The National Collegiate Athletic Association's March Madness basketball tournaments didn't come close to generating $1 billion in sports betting wagers for New Jersey last month, though they still did help the state set records.
Yet if in-game "micro-betting" were to take hold, it could propel the sports betting revenues in a number of states upward by leaps and bounds. It could also be a huge revenue generator for Flutter Entertainment's (OTC:PDYPF) FanDuel and DraftKings (NASDAQ:DKNG), the two largest sportsbooks in the country.
Frenetic levels of sports betting
Since sports betting was legalized federally in the U.S. in 2018, the market has been growing fast. Almost two dozen states allow sports betting today, and another dozen are expected to legalize it this year. DraftKings believes online betting on sporting events could be a $22 billion opportunity.
Micro-betting is a subset of sports wagering, allowing gamblers to place bets on a game's outcome while it's already underway (in-game betting) or on specific events that may happen in the game, such as will a team score on their next drive (live betting).
JPMorgan analysts recently stated their belief that "in-game betting, and micro-betting in particular, are viewed as products that can help turn live sports into a more immersive gaming experience."
It's the nature of U.S. sports in particular, with their numerous instances of stopping the clock, that could allow oddsmakers to update the potential outcomes that really drive this niche betting opportunity. Unlike soccer, where continuous gameplay is the norm, football, basketball, and baseball -- the reigning triumvirate of U.S. sports -- all have significant downtime in between plays.
Setting up the play
More betting generates more revenue for operators, and increases the likelihood of greater user engagement. A viewer who has skin in the game has increased incentive to remain engaged longer, which leads to opportunities for greater advertising revenue, benefiting operators and broadcasters.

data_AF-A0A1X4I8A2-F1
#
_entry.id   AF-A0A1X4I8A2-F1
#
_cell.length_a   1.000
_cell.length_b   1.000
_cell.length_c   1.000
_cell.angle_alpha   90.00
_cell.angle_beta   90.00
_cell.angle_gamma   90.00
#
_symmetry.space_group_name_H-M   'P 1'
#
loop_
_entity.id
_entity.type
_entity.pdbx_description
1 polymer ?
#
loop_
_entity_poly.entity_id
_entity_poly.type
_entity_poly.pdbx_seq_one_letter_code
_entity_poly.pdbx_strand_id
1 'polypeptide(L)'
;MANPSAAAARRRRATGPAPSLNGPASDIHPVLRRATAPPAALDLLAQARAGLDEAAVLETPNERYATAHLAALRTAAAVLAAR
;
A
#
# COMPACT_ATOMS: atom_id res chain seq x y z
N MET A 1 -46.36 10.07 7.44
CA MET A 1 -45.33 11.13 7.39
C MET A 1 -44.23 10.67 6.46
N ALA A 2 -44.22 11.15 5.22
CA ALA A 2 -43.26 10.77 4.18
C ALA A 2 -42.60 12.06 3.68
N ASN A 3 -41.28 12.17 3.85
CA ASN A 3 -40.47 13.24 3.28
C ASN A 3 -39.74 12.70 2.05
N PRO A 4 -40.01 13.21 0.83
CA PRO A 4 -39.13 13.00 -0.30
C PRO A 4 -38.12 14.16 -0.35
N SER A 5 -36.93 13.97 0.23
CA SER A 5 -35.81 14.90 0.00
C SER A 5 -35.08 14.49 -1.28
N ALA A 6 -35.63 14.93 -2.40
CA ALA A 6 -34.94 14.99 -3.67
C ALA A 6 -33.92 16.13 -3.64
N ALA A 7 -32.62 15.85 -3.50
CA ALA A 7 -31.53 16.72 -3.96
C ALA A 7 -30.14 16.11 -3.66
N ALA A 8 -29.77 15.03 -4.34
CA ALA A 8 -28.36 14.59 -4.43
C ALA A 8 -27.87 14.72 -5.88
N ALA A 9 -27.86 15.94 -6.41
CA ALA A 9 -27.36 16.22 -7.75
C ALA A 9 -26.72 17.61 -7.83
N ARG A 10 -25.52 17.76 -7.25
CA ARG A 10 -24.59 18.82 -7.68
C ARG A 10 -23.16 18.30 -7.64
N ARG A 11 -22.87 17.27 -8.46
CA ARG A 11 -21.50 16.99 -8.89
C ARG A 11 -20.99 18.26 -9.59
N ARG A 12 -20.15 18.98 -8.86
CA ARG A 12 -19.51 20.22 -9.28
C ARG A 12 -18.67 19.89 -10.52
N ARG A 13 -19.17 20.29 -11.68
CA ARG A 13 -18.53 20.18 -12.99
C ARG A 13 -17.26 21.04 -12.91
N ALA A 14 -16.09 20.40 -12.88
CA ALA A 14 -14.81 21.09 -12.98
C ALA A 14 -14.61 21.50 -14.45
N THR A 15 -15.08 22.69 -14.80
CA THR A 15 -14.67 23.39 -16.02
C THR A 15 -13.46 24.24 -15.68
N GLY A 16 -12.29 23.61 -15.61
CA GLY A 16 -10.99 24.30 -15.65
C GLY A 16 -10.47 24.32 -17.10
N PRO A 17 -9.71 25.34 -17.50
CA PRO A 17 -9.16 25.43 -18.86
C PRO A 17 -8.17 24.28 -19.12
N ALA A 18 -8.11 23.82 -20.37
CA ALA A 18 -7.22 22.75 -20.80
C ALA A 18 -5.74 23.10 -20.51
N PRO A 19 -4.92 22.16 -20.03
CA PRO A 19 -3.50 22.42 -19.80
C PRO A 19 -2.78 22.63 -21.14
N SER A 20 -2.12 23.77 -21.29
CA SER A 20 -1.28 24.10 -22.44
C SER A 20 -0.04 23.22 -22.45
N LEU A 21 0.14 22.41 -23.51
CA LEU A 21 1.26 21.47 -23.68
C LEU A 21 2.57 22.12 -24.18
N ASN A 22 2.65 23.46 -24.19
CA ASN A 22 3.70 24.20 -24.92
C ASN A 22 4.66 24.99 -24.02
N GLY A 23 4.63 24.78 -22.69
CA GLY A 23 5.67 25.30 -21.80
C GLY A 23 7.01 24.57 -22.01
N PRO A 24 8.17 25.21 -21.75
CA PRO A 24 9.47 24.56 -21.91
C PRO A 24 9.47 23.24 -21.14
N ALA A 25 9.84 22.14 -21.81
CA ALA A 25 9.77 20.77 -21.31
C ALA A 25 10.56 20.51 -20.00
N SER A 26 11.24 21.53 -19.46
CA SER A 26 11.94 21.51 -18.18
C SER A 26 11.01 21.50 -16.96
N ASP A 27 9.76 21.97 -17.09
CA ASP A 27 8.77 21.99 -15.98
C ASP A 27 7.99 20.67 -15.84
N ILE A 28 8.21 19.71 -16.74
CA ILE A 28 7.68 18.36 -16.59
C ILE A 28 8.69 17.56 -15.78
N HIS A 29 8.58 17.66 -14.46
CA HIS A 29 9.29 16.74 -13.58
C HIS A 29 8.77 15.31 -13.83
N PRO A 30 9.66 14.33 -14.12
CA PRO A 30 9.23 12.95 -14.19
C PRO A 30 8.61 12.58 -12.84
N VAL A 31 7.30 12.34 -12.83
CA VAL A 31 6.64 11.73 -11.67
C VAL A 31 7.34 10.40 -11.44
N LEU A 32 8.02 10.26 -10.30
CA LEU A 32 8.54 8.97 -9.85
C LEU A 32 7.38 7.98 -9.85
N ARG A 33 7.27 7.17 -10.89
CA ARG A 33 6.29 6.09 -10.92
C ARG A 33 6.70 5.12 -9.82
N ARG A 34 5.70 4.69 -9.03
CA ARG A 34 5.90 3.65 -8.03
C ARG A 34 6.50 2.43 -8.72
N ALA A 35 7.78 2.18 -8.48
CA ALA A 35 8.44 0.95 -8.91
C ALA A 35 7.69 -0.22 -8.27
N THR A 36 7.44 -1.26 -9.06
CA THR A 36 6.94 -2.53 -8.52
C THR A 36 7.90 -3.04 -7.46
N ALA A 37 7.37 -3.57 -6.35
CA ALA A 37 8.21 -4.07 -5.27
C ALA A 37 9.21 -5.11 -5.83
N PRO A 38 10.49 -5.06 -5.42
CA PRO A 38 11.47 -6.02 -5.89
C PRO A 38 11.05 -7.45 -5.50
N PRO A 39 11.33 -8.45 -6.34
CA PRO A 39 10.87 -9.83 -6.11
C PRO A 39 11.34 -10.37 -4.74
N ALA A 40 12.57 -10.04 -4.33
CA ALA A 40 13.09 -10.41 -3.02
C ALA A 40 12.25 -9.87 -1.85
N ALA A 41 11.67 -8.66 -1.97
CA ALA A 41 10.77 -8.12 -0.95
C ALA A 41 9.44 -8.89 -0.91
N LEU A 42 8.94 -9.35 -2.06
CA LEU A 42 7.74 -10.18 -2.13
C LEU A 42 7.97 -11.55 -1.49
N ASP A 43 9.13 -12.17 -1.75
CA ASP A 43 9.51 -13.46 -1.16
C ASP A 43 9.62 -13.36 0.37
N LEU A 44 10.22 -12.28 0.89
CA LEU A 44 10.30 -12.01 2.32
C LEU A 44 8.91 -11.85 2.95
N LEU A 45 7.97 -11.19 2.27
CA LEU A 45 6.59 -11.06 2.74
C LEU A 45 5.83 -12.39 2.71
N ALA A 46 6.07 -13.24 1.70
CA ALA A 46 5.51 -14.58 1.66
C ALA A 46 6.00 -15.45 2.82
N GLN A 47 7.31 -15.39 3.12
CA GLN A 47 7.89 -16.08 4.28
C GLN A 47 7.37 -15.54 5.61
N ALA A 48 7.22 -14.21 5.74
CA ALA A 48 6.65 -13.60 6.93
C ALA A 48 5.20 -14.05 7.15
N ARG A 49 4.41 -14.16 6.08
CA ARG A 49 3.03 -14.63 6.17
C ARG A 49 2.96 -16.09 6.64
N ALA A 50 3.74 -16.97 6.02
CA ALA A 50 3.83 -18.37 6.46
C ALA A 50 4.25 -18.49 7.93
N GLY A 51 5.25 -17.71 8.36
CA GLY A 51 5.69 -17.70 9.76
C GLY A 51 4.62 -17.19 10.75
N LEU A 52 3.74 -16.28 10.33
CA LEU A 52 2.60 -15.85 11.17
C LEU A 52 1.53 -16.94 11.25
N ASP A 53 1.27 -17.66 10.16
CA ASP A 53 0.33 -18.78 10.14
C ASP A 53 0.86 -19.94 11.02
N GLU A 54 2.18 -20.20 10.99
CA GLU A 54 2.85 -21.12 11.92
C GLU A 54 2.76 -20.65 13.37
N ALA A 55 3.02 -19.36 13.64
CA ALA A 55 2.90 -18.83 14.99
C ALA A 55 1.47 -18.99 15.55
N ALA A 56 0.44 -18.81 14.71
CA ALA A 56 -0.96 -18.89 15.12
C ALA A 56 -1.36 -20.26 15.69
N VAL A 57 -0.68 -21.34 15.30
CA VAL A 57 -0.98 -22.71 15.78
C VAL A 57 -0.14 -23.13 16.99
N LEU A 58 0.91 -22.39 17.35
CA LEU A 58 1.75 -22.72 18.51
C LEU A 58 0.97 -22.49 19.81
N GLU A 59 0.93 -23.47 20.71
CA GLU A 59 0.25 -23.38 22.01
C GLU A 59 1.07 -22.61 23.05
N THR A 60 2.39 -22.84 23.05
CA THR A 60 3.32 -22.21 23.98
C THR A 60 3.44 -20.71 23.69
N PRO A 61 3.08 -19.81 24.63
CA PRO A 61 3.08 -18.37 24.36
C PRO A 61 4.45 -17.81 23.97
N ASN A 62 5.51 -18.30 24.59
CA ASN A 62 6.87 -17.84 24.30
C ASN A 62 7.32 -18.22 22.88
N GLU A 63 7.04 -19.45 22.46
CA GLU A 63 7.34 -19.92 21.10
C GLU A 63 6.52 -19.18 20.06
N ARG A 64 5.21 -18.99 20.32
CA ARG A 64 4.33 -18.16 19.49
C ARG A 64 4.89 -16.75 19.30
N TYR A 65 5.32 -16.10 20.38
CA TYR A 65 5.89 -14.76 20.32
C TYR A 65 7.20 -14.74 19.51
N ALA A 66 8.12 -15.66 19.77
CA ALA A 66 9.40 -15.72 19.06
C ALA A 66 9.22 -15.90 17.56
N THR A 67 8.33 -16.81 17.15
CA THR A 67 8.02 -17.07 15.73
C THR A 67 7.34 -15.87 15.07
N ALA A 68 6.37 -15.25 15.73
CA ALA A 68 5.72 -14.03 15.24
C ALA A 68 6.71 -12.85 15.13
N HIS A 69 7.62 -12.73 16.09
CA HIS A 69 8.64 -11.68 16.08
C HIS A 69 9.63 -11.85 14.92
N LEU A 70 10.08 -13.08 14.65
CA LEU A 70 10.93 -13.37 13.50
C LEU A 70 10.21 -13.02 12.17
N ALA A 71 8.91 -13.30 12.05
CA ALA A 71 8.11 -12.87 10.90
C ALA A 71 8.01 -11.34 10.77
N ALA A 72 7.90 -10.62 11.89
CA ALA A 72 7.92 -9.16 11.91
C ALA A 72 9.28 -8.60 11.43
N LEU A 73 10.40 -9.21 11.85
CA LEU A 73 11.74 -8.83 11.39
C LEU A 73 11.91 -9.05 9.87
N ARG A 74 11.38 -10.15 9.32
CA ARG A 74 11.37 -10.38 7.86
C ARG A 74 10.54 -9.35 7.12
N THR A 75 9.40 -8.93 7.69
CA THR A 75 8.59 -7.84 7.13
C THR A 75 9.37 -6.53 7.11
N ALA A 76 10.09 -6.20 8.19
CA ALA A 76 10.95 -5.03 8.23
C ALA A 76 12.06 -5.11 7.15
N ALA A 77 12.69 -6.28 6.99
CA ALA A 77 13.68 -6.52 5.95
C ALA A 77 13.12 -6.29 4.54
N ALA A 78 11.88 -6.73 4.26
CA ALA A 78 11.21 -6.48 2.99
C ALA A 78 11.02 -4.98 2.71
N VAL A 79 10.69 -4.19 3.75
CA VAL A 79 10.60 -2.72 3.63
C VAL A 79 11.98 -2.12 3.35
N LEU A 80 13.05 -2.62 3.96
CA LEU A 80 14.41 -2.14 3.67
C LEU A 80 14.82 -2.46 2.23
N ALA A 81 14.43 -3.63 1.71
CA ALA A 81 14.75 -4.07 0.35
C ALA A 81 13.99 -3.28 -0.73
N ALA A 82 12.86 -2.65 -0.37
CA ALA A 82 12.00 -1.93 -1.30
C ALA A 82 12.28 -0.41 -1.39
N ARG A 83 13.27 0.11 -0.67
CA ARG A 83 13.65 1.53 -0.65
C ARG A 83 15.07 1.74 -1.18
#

We're seeing the industry lay the groundwork for this:
- DraftKings just bought BlueRibbon Software to let it create incentives for users to engage with its internet-gaming and sports-betting products.
- Live-streaming sports broadcaster fuboTV (NYSE:FUBO) just bought fantasy sports outfit Balto Sports as a means of expanding into sports betting.
- Bally's (NYSE:BALY) and Sinclair Broadcasting Group (NASDAQ:SBGI) just partnered to blend the casino and the regional sports network into a cohesive unit.
- Penn National Gaming (NASDAQ:PENN) took a 36% stake in Barstool Sports, giving it access to the brand's loyal fan base.
- FanDuel partnered with Simplebet last year to offer mock in-play bets for the National Football League's 2020 season.
JPMorgan estimates 75% of all sports bets in the U.K. are micro-bets. If that model were applied to U.S. sports, with the built-in advantages they have when it comes to this type of gambling, it would seem that it could be a tremendous boon to the industry.
Big opportunities in micro-betting
So a number of players are angling to position themselves to capitalize on this rich market. But which is most likely to come out on top?
It seems intuitive that the biggest sportsbooks, FanDuel and DraftKings, which own about 80% of the market, would be early leaders, but Penn National's Barstool Sports and MGM Resorts (NYSE:MGM) should also grab a big stake in the market.
MGM has turned into the fastest-growing sportsbook, with 12 consecutive months of market share gains and growth accelerating over the past two months.
While there's always the possibility that a dark horse could come out of nowhere to take the lead in this new area of entertainment, the sites with the biggest stakes and the greatest financial wherewithal to make deals are a good bet to end up on top.